Revive Old Post

Revive Old Post

Revive Social offers two great plugins for lead generation, one of which is Revive Old Post. The purpose of the plugin is to periodically re-share existing content on social media so that it continues to drive traffic to your site. Besides periodically re-sharing existing content, you can also set it to share your content immediately after publishing on up to 50 different social accounts. Revive Old Post requires an annual subscription that starts at $75 for a single site.

Is Marketing Automation Right for Your Site?

Whether we’re talking about the investment of your own time or a paid employee’s time, marketing can quickly become quite expensive. Especially when you’re looking to grow or scale your business. As the saying goes, time is money. 

With marketing automation, you gain back some of the expense of marketing while maximizing your return on investment.

Make Hostdedi Your Partner for WordPress Marketing Automation

Hostdedi can help you build a fast, efficient, successful website with our Managed WordPress hosting & Managed WooCommerce hosting.

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Happy 17th Birthday WordPress – Hostdedi Blog

Happy 17th Birthday WordPress – Hostdedi Blog

Today WordPress turns 17 years old. If you’ve been in web development a long time you’ll know that the only thing that stays the same is how fast things change. 

Just since I started dabbling in web development in college all of these happened:

  • We learned how to lay things out with HTML tables
  • Then we learned how to use CSS for styling and layouts
  • We learned how to use Javascript for interactive elements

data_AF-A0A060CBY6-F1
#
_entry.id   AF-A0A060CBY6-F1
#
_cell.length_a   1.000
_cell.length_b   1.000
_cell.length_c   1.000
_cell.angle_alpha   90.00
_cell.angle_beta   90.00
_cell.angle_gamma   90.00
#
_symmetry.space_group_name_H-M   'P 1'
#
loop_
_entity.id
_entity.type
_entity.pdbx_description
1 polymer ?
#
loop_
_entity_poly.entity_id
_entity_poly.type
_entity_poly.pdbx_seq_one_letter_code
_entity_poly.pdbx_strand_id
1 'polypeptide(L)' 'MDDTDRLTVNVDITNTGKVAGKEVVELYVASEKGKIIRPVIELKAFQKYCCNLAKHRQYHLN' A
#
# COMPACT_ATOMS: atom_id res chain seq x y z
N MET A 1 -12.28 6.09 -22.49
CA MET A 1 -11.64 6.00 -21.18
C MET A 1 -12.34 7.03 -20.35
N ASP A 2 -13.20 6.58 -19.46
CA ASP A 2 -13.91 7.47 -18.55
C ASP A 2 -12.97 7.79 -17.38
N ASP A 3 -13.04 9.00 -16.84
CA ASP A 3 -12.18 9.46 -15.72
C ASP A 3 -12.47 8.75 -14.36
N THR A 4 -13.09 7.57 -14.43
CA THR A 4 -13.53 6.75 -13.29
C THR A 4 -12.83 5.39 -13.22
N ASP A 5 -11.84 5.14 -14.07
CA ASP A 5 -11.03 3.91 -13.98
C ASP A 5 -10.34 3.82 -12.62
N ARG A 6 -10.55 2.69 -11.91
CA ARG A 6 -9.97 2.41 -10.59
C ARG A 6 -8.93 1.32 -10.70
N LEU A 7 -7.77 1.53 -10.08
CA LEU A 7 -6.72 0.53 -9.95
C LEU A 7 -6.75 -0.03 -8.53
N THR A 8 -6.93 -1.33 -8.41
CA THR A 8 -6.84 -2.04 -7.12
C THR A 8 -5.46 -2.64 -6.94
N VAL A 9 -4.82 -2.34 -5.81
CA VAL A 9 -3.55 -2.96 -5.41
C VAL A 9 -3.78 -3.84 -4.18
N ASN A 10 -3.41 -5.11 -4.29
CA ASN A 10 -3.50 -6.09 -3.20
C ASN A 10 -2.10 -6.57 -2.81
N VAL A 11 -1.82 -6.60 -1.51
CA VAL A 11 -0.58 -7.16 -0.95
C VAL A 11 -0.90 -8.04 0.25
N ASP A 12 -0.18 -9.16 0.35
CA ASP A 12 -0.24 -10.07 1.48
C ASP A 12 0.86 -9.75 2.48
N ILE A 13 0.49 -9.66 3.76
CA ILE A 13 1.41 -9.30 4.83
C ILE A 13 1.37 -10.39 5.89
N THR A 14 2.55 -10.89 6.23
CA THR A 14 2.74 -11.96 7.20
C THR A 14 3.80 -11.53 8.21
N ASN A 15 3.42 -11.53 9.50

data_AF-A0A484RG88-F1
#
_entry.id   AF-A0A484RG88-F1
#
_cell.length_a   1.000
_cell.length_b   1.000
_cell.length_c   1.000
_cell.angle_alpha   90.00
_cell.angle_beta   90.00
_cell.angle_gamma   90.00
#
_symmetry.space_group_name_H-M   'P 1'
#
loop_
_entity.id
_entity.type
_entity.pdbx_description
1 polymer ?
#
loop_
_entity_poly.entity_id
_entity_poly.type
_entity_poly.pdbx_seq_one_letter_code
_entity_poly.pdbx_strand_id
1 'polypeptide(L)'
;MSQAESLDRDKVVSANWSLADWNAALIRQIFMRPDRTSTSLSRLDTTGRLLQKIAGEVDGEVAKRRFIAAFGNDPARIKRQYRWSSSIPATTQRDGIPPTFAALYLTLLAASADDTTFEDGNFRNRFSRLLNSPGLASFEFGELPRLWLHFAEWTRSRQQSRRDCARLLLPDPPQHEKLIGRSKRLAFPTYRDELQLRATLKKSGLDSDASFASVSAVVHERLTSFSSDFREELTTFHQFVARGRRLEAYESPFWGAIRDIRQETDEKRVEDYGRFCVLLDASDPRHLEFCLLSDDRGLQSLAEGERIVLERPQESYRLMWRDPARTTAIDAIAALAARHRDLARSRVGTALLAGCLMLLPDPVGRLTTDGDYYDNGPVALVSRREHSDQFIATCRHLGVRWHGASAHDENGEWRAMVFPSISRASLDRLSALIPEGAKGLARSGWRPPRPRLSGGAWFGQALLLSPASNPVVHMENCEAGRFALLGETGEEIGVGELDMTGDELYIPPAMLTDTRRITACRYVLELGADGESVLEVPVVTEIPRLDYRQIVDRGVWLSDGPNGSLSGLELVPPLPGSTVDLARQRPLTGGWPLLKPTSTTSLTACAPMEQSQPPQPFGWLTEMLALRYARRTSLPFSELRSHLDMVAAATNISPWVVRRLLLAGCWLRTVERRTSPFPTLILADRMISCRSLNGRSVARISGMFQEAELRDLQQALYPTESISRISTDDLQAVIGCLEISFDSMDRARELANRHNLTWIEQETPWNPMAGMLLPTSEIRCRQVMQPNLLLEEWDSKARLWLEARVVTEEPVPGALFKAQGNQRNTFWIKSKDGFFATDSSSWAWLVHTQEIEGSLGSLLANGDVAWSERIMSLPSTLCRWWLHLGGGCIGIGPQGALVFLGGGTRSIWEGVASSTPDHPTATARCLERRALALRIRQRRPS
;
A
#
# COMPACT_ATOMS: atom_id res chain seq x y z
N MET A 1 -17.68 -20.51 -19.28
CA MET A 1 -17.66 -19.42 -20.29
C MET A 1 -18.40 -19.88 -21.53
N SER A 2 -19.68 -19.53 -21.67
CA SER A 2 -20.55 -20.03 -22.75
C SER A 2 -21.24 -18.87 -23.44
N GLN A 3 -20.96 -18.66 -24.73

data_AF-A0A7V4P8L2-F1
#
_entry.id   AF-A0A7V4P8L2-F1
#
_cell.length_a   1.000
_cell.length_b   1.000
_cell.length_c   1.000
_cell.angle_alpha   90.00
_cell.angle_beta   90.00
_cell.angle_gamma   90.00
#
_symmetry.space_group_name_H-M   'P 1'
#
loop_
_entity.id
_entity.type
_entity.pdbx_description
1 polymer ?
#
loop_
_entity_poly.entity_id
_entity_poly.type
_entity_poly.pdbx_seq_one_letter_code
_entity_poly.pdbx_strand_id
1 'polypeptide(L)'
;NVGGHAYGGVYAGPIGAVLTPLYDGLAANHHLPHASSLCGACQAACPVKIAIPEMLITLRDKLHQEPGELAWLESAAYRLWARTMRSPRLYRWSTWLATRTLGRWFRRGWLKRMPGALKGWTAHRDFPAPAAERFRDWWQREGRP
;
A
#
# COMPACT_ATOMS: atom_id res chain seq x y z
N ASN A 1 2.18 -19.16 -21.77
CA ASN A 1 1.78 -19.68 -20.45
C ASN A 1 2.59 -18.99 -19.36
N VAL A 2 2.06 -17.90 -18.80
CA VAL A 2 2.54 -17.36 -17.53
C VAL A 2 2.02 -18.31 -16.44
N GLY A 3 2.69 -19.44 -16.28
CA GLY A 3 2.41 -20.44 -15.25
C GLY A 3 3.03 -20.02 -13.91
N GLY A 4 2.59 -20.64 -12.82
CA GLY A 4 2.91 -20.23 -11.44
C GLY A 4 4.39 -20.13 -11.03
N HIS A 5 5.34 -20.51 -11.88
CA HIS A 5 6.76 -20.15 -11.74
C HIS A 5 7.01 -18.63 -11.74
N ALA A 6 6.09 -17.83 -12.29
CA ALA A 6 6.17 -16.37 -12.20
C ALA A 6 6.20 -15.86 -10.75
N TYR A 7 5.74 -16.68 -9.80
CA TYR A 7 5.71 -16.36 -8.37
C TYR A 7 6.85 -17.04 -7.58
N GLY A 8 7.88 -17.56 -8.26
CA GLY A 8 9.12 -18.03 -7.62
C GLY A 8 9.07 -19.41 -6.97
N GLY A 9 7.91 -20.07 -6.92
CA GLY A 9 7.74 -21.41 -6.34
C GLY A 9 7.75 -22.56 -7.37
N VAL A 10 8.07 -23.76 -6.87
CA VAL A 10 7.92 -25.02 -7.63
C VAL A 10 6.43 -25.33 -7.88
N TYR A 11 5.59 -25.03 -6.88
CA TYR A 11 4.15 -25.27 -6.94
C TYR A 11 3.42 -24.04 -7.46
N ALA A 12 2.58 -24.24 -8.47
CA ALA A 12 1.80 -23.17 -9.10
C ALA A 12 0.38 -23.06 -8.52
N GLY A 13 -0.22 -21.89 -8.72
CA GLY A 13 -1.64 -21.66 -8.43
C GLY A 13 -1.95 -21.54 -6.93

• Then came Javascript frameworks like Prototype which was quickly eclipsed by jQuery
  • Then server side languages became really popular like ASP & PHP
  • The world moved onto Ruby on Rails and Python for a bit and it seems like React and JavaScript frameworks are having a comeback

The web world is constantly moving and most technologies only last 2-3 years before people abandon the technology for something new & shiny. But that’s most technologies, and today we’re talking about WordPress, which turns 17 years old. One more year and it can buy lottery tickets.

What Makes WordPress so Special

WordPress isn’t just surviving. It’s thriving. According to W3Techs WordPress powers 36% of the internet and it’s still rising. 🤯

So today I want to discuss what makes WordPress so special. Why does WordPress thrive while other technologies – even the most popular – only last a couple years?

I reached out to some of my long time WordPress friends to find out.

Democratize Everything

I love WordPress because it pioneered the democratization of the web. Anyone, even people who can’t code, can stand up a simple website, a magazine, or even a store using WordPress. Looking towards the future is exciting because now that we have everyone publishing, the next set of interesting problems come up for us to solve: how do we best deliver this content? How do we make this experience not only democratic, but also delightful? How do we improve?

Christie Chirinos – Product Manager for Managed WooCommerce hosting

WordPress made it possible for anyone to publish. Because WordPress is open source & GPL licensed you don’t need anyone’s permission to do anything. You don’t need to get approval from a board, submit an application, or explain to anyone what you’re doing.

You can set up WordPress on a host and start building.